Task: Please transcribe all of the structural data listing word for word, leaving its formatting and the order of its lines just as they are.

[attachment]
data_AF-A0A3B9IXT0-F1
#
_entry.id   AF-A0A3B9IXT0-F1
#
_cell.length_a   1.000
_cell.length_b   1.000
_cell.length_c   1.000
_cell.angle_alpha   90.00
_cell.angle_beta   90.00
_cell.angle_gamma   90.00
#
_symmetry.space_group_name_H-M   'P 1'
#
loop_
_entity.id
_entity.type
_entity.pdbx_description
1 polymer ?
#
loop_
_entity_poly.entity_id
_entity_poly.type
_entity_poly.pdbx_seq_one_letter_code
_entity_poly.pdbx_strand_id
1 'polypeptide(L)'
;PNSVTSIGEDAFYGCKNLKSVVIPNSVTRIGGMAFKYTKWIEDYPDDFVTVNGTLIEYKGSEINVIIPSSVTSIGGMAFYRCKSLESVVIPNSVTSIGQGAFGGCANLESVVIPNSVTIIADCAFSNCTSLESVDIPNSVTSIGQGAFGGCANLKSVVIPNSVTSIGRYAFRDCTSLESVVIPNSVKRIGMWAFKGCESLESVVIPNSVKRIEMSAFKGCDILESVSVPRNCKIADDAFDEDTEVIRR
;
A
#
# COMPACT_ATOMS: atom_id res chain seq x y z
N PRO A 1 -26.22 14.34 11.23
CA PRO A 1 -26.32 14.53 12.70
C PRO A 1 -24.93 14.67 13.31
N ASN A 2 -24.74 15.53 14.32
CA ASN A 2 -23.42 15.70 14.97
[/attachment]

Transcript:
data_AF-A0A3B9IXT0-F1
#
_entry.id   AF-A0A3B9IXT0-F1
#
_cell.length_a   1.000
_cell.length_b   1.000
_cell.length_c   1.000
_cell.angle_alpha   90.00
_cell.angle_beta   90.00
_cell.angle_gamma   90.00
#
_symmetry.space_group_name_H-M   'P 1'
#
loop_
_entity.id
_entity.type
_entity.pdbx_description
1 polymer ?
#
loop_
_entity_poly.entity_id
_entity_poly.type
_entity_poly.pdbx_seq_one_letter_code
_entity_poly.pdbx_strand_id
1 'polypeptide(L)'
;PNSVTSIGEDAFYGCKNLKSVVIPNSVTRIGGMAFKYTKWIEDYPDDFVTVNGTLIEYKGSEINVIIPSSVTSIGGMAFYRCKSLESVVIPNSVTSIGQGAFGGCANLESVVIPNSVTIIADCAFSNCTSLESVDIPNSVTSIGQGAFGGCANLKSVVIPNSVTSIGRYAFRDCTSLESVVIPNSVKRIGMWAFKGCESLESVVIPNSVKRIEMSAFKGCDILESVSVPRNCKIADDAFDEDTEVIRR
;
A
#
# COMPACT_ATOMS: atom_id res chain seq x y z
N PRO A 1 -26.22 14.34 11.23
CA PRO A 1 -26.32 14.53 12.70
C PRO A 1 -24.93 14.67 13.31
N ASN A 2 -24.74 15.53 14.32
CA ASN A 2 -23.42 15.70 14.97